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Are Investors Ignoring Important Dividend Payers?

Jeremy Schwartz, CFA, Executive Vice President, Global Head of Research

Income is the story of the day—notably the lack of any reasonable levels of income from such traditional sources as bonds and money market investments. This has caused many to search for income in a variety of asset classes; from large-cap, blue-chip dividend payers to real estate investment trusts (REITs) to preferred stocks to master limited partnerships (MLPs)—if it produces a good income stream, it has been in high demand in recent years. There is a big part of the U.S. equity market that I believe has—to a significant extent—been glossed over and ignored in this hunt for income, and that is mid- and small-cap dividend payers in the United States. The Forgotten Dividend Payers While there are a large number of dividend-based exchange-traded funds (ETFs) that concentrate on the large-cap segment of the market, I believe there are only two indexes (and ETFs designed to track them) in the United States focused exclusively on stocks outside this size segment: the WisdomTree MidCap Dividend Index (with the WisdomTree MidCap Dividend Fund—DON—designed to track it) and the WisdomTree SmallCap Dividend Index (with the WisdomTree SmallCap Dividend Fund—DES—designed to track it). Mid- and small-cap ETFs in general represent a very large category of traditional asset allocation models for U.S. equities and two of the biggest market segments within ETFs. There are almost $60 billion invested in small-capitalization ETFs and close to another $60 billion invested in mid-capitalization ETFs. Collectively, these two market segments represent over 20% of the approximately $514 billion invested in U.S.-based equities focused on broad market indexes. Yet while U.S.-based dividend ETFs collectively represent almost $49 billion in assets, or about 9% of U.S. equity assets under management, there are less than $1 billion combined in the mid- and small-cap dividend category. Based on the investable opportunity sets, I believe these mid- and small-cap dividend funds should be much larger. Consider this:   Market Capitalization as a Measure of Potential Opportunity (For Index definitions, go to Glossary.)   There are more than $10.5 billion invested in either ETFs or exchange-traded notes tracking the performance of the Alerian MLP Index, and more than $20 billion in ETFs designed to track the Dow Jones U.S. Real Estate Index and the MSCI U.S. REIT Index. Based on the aforementioned market capitalization statistics, I believe the biggest investment opportunity set by far exists in the ETFs that track the WisdomTree MidCap and SmallCap Dividend Indexes—and there is less than $1 billion invested in these funds. Moreover, the dividend yields have recently been fairly competitive with these smaller market segments.   Indexes Indicate Similar Yield Levels: Trailing 12-Month Index Dividend Yields, As of 1/31/2013 We recognize the inherent differences in methodology and market segments between these particular indexes, but we feel that the one common element—that many people consider these types of asset classes, be it real estate, REITS, MLPs and dividends--as income generators. Through the common theme of “income generation,” we believe there is merit to the comparison, but we acknowledge that people should consider the differences in potential risk profiles between these asset classes when conducting any analysis. How Much to Allocate? What would be an appropriate allocation to the mid- and small-cap dividend segments within an income-focused allocation? We believe that a good place to start could be an analysis of the exposure of mid- and small-cap stocks in broad market capitalization-weighted indexes. Of course, every investor will have different investment needs and should work with their investment advisor to determine the right balance for their needs. Percentage of Market Cap Index: If we look at the Russell 3000 Index—one of the most often-cited measures of large-, mid- and small-cap equities in the United States—17.5% of the index comprises mid-cap stocks (defined here as those with market caps between $2 billion and $10 billion), while 6.6% is in small-cap stocks (defined here as those with market caps below $2 billion), for a combined mid- and small-cap weight of approximately 23%. This is a similar share as what we saw earlier in terms of the proportion of mid- and small-cap allocations across U.S.-focused ETFs. Percentage of Dividend Index: Within the universe of U.S. dividend payers, and using the same market capitalization breakpoints as the Russell 3000 Index, 13% of the WisdomTree Dividend Index comprises mid-cap stocks and 4% is small-cap stocks. We believe that these could be good starting baseline allocations. Many people often over-weight mid- and small-cap segments when it comes to their breakdown vs large caps in asset allocation. and the same can be done compared to large-cap dividend ETFs.   WisdomTree’s Jeremy Schwartz discusses the case for investing in Emerging Markets equities with Michael Johnston of ETF Database. Hear the podcast.   Source for data in this article: Bloomberg, as of 1/31/2013.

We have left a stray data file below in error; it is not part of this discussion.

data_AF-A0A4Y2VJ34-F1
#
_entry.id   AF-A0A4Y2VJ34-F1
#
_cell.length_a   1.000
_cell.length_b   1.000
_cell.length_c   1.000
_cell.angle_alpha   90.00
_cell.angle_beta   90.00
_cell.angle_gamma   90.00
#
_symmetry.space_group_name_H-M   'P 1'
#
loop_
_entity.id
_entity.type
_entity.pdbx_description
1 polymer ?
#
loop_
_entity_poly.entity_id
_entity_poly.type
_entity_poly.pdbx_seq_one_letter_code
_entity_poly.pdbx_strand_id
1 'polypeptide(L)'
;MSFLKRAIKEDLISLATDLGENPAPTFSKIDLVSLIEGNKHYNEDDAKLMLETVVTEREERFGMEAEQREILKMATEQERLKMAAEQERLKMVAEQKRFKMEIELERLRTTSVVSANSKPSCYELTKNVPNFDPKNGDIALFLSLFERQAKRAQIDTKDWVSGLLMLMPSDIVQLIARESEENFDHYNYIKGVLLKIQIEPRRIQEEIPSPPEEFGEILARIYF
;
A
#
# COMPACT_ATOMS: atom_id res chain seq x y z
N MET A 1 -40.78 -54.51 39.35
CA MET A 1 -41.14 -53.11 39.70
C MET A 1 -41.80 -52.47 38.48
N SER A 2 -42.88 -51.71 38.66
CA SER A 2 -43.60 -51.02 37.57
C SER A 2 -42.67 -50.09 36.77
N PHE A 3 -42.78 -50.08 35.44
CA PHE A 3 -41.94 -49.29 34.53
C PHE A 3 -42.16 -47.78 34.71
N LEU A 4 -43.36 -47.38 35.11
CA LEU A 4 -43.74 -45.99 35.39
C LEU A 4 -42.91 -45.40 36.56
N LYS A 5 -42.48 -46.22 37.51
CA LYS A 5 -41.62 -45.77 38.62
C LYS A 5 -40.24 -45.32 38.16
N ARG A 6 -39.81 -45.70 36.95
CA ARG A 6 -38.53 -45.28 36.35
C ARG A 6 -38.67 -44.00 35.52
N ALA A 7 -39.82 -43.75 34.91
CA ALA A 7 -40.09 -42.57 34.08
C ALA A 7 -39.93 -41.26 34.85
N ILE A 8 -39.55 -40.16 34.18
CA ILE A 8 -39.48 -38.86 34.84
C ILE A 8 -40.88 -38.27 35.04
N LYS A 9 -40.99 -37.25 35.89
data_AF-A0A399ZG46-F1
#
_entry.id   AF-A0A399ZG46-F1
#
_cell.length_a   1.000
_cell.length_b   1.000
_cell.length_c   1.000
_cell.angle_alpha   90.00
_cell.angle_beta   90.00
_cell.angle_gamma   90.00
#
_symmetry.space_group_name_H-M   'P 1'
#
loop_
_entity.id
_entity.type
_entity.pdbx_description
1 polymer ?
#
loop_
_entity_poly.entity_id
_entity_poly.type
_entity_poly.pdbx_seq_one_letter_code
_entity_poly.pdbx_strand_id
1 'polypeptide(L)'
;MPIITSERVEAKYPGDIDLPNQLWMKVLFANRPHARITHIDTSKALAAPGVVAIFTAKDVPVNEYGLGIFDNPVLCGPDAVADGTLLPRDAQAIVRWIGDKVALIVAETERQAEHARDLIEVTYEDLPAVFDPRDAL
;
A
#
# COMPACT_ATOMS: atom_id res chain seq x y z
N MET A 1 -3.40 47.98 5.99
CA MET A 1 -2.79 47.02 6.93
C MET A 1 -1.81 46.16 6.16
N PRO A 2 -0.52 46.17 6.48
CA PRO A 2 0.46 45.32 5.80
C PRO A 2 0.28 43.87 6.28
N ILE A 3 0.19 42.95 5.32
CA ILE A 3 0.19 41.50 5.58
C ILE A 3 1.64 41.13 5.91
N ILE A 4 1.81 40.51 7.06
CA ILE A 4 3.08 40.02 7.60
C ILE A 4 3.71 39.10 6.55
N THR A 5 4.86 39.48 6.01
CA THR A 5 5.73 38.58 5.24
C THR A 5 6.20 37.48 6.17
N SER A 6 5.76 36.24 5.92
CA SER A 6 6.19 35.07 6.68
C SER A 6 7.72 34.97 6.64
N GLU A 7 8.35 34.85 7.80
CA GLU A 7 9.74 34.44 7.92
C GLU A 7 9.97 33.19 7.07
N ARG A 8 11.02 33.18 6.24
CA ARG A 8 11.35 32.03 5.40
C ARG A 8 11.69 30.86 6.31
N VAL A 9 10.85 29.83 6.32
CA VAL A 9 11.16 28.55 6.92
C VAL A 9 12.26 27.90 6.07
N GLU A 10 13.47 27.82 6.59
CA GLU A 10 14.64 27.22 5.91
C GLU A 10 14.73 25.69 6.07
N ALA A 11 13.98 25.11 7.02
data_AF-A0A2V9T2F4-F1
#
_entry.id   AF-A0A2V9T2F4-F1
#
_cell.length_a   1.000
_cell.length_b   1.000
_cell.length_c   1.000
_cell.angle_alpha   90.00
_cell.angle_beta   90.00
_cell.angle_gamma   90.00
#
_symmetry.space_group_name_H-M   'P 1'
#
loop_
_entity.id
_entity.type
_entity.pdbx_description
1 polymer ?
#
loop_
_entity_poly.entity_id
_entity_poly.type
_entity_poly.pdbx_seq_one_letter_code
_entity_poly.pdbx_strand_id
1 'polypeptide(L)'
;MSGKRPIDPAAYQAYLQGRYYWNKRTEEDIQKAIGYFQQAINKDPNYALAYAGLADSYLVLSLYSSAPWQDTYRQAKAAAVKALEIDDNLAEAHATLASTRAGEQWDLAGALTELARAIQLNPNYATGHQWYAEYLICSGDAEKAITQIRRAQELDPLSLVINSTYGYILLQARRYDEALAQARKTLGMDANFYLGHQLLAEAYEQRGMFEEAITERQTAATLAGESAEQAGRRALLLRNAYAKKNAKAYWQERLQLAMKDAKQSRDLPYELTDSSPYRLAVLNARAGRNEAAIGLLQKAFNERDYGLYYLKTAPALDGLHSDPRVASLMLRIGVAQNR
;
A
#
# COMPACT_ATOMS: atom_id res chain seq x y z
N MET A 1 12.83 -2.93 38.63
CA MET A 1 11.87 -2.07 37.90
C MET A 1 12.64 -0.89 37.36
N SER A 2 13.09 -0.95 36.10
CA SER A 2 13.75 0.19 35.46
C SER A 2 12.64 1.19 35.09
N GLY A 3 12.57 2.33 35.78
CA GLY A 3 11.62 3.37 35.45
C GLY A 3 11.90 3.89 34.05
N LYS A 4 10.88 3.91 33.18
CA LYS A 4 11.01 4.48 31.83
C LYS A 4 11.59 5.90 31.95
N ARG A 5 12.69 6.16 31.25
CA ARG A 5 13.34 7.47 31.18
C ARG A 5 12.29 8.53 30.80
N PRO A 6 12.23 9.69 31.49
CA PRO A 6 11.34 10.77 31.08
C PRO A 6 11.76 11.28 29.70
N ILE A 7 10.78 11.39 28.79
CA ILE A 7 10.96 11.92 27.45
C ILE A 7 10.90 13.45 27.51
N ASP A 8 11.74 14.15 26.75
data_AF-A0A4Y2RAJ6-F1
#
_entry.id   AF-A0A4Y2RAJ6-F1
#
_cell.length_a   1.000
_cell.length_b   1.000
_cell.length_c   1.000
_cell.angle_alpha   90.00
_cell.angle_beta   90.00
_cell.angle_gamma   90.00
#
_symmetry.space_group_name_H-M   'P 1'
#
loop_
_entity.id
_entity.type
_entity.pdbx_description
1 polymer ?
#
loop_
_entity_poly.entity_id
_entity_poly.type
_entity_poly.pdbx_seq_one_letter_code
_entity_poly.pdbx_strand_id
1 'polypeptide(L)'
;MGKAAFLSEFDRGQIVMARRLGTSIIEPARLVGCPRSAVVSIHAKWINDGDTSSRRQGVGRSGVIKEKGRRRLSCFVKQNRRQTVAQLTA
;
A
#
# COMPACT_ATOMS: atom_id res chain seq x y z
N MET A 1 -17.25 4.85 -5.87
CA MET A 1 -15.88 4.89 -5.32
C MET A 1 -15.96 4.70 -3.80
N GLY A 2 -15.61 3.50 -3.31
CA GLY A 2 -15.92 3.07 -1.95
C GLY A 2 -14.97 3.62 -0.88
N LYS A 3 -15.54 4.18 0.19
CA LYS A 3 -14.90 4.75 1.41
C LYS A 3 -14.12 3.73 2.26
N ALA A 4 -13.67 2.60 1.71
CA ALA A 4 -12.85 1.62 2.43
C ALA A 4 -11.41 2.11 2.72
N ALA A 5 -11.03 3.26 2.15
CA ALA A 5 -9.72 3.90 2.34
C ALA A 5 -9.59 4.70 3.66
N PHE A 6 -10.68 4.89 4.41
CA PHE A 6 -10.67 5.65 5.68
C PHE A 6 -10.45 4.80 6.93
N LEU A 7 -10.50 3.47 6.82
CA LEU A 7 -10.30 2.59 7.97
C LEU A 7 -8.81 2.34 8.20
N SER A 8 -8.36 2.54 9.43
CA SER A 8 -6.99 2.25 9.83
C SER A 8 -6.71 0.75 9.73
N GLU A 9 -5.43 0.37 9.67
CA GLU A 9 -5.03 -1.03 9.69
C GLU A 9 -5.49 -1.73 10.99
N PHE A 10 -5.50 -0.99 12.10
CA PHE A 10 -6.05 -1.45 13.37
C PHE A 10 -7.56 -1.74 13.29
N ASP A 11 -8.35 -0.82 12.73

Important Risks Related to this Article

There are risks associated with investing, including possible loss of principal. Funds focusing their investments on certain sectors and/or smaller companies increase their vulnerability to any single economic or regulatory development. This may result in greater share price volatility. Please read the Funds’ prospectus for specific details regarding the Funds’ risk profile.

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